The Dartmouth Library on Highfield Park Drive was the last piece of municipal infrastructure the City of #Dartmouth built, opened March 22, 1996. A project completed by the City of Dartmouth for Dartmouthians, just one week before a municipal coup perpetrated by the Province of Nova Scotia that saw our infrastructure seized …(Read More)
A Bruce MacKinnon cartoon based on this story, that Halifax’s lawyer was using a free speech provision to protect an employee harassing a person of color with racist remarks among other things. https://humanrights.novascotia.ca/sites/default/files/editor-uploads/yz_v_hrm_march_2018.pdf https://www.thecoast.ca/halifax/lawyer-slams-hrms-freedom-of-speech-defence-for-racial-abuse/Content?oid=15084421 More broadly, amalgamation was a way to prevent Preston and other minority communities from incorporating, all …(Read More)
Although the article is en francais, this is an excellent resource from Le Devoir.Find out what the median income is in your neighborhood and everywhere else with this interactive map. The maps below represent each census “dissemination area”, based on its position relative to the national median household income of …(Read More)
The following excerpts are from “Survival of an African Nova Scotian Community: Up the Avenue, Revisited” by Adrienne Lucas Sehatzadeh, 1998. An incredible resource of the Black history of Dartmouth that is certainly worth your time to read. “The part of Crichton Avenue above Lyngby Avenue is the area where …(Read More)
Legitimate municipal governments have tools to make the lives of their citizens better.#IllegitimateHRM offers none of these tools and appears to have been created to keep those tools out of reach, for good. “Yes, you can build your way to affordable housing. Aside from economic decline and depopulation, it is the …(Read More)
Isn’t it interesting that Dartmouth is a legitimate community all on its own, but only when people need target practice?
In the case of illegitimate HRM, beltways and freeways are the walls they use to restrict movement between neighborhoods and to create “exclusivity” aka, segregation. Case in point, North End Dartmouth and Dartmouth Crossing or, Gaston Road and Baker Drive.
Redlining, with a twist. Redlining, achieved thanks to the help of freeways that cut through the heart of a community. Could’ve been written about Dartmouth and our beltway, the 111, now used to keep certain neighborhoods segregated from others (North End Dartmouth from Dartmouth Crossing, Gaston Road from Baker Drive). …(Read More)
Dartmouth could certainly accommodate much more in the way of food trucks! Mmm 🙂 “Regulations can also incorporate strategies that steer food trucks to underserved areas of a city to address equity concerns, encourage economic development and alleviate food deserts… Food trucks are great things for communities; they provide more ‘eyes …(Read More)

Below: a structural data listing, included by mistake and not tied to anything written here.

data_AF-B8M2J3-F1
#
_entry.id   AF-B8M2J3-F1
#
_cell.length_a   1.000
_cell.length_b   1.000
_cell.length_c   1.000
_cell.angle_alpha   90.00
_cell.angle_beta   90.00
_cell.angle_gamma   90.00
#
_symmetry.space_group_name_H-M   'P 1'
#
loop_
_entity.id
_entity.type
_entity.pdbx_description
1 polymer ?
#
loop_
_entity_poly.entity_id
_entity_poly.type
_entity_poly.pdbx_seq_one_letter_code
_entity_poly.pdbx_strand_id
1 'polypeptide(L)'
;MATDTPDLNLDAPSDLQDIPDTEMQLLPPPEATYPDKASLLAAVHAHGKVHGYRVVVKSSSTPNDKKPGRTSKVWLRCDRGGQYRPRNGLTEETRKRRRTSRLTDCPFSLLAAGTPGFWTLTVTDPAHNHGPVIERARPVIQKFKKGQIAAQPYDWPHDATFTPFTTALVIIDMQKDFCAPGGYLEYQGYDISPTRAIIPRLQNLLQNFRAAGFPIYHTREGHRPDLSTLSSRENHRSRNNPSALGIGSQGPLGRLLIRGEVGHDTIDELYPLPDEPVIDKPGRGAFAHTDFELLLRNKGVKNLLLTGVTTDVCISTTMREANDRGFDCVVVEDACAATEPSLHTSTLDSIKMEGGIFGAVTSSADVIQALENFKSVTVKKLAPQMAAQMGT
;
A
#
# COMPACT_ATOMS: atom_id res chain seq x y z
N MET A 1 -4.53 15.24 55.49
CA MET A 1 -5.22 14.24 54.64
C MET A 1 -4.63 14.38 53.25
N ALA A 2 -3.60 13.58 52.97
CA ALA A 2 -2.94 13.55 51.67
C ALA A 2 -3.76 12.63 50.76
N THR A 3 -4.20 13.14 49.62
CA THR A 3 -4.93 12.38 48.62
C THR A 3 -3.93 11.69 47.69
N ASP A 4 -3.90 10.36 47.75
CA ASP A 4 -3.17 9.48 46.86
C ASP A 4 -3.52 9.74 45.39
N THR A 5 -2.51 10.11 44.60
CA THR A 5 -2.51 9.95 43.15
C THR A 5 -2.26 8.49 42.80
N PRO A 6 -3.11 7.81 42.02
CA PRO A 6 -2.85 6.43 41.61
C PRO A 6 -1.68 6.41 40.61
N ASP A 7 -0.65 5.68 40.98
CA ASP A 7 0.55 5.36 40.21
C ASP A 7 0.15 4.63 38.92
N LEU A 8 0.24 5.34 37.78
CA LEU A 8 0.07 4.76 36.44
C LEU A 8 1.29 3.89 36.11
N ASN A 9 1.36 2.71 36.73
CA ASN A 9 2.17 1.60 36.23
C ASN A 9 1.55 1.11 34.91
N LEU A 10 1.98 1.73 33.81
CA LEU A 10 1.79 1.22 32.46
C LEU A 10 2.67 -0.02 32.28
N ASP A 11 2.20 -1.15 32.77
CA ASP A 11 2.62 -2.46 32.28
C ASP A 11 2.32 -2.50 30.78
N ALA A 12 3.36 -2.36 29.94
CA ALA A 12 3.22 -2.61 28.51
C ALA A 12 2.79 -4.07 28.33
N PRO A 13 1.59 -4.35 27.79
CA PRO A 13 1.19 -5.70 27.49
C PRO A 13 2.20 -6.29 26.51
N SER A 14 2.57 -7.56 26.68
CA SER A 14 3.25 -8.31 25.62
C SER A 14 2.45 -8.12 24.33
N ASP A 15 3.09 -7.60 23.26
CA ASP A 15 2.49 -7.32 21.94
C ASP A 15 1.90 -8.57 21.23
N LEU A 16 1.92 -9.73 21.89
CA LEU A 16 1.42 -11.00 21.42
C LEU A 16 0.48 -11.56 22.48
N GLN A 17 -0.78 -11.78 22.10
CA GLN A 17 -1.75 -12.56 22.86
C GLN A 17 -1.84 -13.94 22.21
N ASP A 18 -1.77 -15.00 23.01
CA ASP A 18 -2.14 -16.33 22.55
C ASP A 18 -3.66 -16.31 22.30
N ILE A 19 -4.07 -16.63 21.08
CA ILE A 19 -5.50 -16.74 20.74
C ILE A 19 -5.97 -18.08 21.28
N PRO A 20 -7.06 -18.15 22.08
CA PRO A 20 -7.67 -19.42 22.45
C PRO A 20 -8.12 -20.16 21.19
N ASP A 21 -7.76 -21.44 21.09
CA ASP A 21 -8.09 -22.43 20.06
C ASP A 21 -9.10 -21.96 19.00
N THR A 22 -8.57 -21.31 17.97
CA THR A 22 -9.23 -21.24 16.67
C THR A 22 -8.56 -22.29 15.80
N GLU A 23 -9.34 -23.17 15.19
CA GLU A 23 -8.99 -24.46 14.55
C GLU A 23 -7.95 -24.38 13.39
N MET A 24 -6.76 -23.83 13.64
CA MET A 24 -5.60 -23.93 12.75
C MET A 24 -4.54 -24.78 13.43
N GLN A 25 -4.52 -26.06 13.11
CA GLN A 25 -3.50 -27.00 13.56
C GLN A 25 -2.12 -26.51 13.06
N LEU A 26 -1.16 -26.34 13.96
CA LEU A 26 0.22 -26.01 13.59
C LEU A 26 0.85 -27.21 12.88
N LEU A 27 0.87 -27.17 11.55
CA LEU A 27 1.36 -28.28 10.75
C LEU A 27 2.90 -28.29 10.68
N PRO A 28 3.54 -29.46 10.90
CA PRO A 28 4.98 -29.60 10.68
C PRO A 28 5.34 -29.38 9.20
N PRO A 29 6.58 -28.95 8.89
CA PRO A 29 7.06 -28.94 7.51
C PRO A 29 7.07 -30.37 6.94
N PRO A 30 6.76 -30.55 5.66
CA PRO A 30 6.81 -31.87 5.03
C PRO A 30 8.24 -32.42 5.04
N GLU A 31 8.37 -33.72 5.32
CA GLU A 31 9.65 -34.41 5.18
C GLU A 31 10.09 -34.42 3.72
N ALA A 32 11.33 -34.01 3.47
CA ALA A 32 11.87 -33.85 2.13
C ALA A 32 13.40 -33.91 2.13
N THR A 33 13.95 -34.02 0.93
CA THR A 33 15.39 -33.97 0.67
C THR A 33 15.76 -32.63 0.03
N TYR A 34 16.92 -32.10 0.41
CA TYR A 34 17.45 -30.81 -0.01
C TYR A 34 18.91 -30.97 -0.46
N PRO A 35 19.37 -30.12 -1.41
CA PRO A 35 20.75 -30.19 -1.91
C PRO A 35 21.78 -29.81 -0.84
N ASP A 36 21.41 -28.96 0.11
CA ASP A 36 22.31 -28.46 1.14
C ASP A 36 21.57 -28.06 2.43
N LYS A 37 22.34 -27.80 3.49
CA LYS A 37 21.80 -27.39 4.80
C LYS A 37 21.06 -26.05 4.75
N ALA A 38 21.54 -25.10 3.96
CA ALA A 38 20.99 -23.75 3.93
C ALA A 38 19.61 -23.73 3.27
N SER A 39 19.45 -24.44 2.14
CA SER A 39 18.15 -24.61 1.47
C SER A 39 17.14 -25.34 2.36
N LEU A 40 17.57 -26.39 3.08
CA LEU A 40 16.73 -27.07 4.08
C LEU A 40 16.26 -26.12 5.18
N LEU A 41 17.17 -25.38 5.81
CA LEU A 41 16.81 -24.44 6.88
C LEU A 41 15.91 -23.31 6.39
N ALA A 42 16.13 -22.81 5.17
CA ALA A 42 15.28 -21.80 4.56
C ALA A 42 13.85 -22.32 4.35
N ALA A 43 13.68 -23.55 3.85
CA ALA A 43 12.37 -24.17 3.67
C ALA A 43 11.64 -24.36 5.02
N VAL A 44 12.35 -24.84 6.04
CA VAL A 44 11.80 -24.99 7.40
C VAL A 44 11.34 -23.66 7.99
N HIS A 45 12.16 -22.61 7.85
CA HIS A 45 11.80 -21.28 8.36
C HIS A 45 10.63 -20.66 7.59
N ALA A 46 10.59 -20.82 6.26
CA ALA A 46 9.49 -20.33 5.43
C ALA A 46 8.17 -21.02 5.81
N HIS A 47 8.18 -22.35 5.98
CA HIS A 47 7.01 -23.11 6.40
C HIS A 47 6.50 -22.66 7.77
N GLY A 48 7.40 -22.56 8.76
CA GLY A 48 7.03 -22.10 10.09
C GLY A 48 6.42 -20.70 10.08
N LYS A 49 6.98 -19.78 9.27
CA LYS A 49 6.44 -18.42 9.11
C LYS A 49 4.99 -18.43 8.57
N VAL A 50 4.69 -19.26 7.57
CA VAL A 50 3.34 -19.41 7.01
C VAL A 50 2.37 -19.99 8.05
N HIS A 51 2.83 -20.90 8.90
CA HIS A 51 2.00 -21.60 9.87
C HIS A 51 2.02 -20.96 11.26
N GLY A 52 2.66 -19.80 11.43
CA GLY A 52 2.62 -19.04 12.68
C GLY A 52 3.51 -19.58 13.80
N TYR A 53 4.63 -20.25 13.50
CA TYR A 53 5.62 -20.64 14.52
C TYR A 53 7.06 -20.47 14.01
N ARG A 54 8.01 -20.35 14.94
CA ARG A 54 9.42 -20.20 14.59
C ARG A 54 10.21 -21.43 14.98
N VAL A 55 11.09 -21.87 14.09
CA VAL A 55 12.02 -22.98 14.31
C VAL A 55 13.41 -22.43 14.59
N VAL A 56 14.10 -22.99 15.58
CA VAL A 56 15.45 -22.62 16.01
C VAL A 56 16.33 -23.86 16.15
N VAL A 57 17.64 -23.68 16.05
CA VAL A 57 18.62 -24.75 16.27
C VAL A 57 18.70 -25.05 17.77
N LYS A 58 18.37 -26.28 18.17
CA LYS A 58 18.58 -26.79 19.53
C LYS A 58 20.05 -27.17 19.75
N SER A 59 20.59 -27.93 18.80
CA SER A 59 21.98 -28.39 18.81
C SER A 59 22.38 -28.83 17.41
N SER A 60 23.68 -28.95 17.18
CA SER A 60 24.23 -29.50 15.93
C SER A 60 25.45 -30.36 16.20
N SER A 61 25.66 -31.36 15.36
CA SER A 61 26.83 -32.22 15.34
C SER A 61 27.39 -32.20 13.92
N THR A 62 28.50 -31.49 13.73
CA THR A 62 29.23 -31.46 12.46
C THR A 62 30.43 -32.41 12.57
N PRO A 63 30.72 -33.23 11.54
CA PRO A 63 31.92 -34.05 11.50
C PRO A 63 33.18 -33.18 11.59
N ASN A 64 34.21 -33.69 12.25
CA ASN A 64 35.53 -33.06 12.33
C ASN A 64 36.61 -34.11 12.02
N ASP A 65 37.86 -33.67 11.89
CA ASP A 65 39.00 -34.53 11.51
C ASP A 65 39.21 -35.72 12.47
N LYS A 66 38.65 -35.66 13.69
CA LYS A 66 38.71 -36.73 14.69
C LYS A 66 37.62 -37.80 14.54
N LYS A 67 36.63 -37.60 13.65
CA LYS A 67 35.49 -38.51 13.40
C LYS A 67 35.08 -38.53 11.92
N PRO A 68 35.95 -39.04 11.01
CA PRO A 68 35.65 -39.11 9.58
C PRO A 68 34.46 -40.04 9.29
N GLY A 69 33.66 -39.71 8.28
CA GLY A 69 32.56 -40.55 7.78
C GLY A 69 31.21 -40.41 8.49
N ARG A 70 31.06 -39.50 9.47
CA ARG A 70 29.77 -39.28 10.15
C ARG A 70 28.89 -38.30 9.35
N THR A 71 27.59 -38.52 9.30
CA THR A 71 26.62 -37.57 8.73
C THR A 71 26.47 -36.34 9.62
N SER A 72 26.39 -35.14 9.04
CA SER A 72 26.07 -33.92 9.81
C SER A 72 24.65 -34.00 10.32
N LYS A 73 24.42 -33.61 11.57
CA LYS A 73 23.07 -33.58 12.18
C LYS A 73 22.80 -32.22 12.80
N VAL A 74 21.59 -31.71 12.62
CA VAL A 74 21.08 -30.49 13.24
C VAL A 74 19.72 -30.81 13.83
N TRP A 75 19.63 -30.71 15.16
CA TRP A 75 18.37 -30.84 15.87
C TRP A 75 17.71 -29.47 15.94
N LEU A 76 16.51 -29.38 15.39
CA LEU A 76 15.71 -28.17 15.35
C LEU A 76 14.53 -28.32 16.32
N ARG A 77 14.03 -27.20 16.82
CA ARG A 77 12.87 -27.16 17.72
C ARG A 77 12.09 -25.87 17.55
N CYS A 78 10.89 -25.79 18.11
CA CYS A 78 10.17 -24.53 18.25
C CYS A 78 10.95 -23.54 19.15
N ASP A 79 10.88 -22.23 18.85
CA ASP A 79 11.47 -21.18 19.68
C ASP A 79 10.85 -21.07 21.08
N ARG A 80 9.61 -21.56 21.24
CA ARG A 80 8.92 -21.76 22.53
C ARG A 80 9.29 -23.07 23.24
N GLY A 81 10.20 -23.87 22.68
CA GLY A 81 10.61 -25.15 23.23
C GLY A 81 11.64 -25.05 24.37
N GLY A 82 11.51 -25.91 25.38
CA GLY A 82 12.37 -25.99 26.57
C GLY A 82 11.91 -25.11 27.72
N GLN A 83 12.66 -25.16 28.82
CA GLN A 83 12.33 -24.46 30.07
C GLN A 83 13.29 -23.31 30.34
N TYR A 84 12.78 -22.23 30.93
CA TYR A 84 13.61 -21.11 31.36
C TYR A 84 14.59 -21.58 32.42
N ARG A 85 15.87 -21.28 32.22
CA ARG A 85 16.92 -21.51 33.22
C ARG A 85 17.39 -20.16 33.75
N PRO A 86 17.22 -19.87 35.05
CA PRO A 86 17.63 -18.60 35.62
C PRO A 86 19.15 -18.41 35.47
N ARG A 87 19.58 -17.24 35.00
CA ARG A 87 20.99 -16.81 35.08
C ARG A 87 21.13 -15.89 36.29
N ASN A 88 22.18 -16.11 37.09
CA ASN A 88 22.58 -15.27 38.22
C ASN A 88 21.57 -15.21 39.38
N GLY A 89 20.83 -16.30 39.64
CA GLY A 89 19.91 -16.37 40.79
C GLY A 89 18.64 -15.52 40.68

$100 Million from the province and the Federal government for a Burnside expressway that will bring tens of thousands more cars per day in and out of Dartmouth. $0 for any active transit connections over the 111, a freeway that cuts through the heart of Dartmouth and has but four …(Read More)
Imagine that. A jurisdiction doing something about affordable housing.In illegitimate HRM we get a few hundred thousand for fences and paint for North End Dartmouth dangled during an election campaign. Oregon gets real action on housing. “Oregon has decided to do something to boost affordable housing in the state. A …(Read More)
How is illegitimate HRM coming along with their plan for the Penhorn area after Sears?Based on what they’ve allowed there so far, after Penhorn Mall – a gas bar in front, a sobeys with 1000 parking spaces _in front_ of the building, not behind, and no residential development whatsoever – …(Read More)
Dartmouth needs to do more to ensure that development shifts from the periphery to the center, and not just for fiscal reasons as seen below. Preservationists need to ensure that future infill development respects the existing neighborhood. Urbanists need to ensure that as housing demand increases inside the beltway, affordable …(Read More)
Dartmouth, the birthplace of the franchise for women in municipal politics in Nova Scotia, in 1886…as long as you were a ratepayer… “The first move towards procuring women’s suffrage in Nova Scotia was taken by the Town of Dartmouth in 1886 when they got an Act through the Provincial Legislature …(Read More)
Here is just some of the sprawl Dartmouth now subsidizes, outside the white lines of our city limits.The bright red represents construction from 2010-2016, deeper red is 2000-2010 – post amalgamation growth. There’s a reason Dartmouth stayed afloat as a municipality. We were relatively well planned, and spatially a relatively …(Read More)